Rain Rain Go Away: California’s Drought is STILL Not Over

A string of seven atmospheric rivers emptied a late Christmas gift in drought-ridden, unprepared California over the last few weeks. The storms were so severe they eventually pushed the White House to authorize relief from the Federal Emergency Management Agency (FEMA). On January 8, after pouring a record-breaking 5.64 inches into San Francisco in a 24-hour window, it was deemed “the second wettest day in the 170+ years of records at that site,” according to the weather service. A similar deluge flooded Santa Cruz with a whopping 10 inches in 24 hours. Infrastructure was damaged across the board, from minor leaks in homes unprepared for the rain to people trapped in the flooding to the closure of both sides of the 101 for hours.

The freak storms were caused by a weather phenomenon known as atmospheric rivers. Clouds carrying enormous quantities of rainwater form “rivers” (think of a stormcloud jetstream), with more water capacity than that of the vanilla raincloud. They are hardly ever temperate, causing miserably heavy downpours, flooding, mudslides, and, of course, a hefty bill in property damage. Atmospheric rivers are also known to cause the odd “bomb cyclone.” Just as bad as they sound, bomb cyclones are tornadoes that form in rain-bearing clouds, causing pelting rain, high winds, and evacuations within hours, like squalls. As climate change progresses, Reuters predicts the rivers will only get wider, causing more rain, more destruction, and more loss of life in a shorter and shorter timeframe.

Ironically, the Metropolitan Water District of Southern California declared a drought emergency on December 14, just three weeks before the atmospheric rivers made landfall. Mother Nature delivered, with tempests causing substantial flooding, sinking, and the eventual closing of the 101 after flooding the neighboring Uvas Reservoir. The storms dropped 20 trillion gallons of rainfall across California. Rivers and creeks everywhere swelled, causing evacuations throughout Santa Cruz county. The San Lorenzo river broke 8 feet, well above flood stage. And yet, somehow, despite the biblical downpour, California remained in both a flood emergency and a drought emergency. Incredibly, those 20 trillion gallons only managed to fill the two largest reservoirs, Shasta and Oroville, to 42% and 47%, respectively.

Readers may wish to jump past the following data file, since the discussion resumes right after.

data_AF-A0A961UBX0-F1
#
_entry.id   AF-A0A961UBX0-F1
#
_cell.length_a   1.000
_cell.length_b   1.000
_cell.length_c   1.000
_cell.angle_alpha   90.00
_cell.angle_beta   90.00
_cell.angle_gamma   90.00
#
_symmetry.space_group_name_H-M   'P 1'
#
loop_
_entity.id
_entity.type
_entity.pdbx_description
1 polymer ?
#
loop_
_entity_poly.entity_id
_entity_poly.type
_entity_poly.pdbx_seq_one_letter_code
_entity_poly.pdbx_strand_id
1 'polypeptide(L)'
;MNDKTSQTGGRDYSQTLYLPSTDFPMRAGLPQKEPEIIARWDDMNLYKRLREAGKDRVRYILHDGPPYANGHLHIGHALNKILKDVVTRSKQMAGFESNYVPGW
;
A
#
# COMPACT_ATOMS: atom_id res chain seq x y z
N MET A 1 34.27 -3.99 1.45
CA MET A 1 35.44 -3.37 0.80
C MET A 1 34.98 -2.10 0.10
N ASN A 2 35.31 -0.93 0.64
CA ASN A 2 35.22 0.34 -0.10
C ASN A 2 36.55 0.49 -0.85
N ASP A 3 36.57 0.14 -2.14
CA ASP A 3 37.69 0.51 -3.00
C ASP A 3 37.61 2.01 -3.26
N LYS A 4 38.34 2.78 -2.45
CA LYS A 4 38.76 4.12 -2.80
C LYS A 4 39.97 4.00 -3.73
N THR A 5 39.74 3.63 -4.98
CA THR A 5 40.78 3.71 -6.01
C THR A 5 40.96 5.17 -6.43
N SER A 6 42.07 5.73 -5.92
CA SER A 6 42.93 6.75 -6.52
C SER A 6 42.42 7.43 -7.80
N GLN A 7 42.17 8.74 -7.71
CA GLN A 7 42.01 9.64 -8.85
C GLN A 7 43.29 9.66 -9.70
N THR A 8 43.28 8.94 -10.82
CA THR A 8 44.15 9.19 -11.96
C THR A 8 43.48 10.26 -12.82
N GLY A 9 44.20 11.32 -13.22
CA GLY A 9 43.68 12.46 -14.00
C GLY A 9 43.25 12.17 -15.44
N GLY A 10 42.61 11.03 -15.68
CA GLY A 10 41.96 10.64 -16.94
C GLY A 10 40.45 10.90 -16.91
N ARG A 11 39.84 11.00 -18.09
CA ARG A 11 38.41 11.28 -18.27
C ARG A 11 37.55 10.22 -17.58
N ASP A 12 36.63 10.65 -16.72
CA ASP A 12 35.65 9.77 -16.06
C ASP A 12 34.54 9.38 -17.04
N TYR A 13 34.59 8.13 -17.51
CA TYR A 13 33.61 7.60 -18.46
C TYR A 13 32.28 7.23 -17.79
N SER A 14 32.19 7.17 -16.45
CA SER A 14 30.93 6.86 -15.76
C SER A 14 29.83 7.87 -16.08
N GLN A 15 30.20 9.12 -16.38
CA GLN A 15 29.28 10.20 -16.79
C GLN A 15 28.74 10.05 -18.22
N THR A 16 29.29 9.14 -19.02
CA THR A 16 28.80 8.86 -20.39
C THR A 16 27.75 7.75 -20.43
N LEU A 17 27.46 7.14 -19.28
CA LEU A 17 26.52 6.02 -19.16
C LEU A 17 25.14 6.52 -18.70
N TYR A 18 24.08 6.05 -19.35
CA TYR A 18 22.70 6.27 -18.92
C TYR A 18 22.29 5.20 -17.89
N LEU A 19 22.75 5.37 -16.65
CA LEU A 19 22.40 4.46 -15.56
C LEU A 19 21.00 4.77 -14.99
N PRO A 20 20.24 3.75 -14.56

California has been in and out of drought since 1918. A study published in a 2021 edition of Nature suggested that the last two decades have been the driest period for North America’s southwestern region in the last 1,200 years. This caused a perfect storm: California, horribly dry, its only rainwater-capture systems a series of concrete canals, would surely, then, feel some relief from its spiraling water emergency. But the recent string of storms hardly got close to the Colorado River basin, keeping river levels as they were and 40 million people in seven states in chronic drought.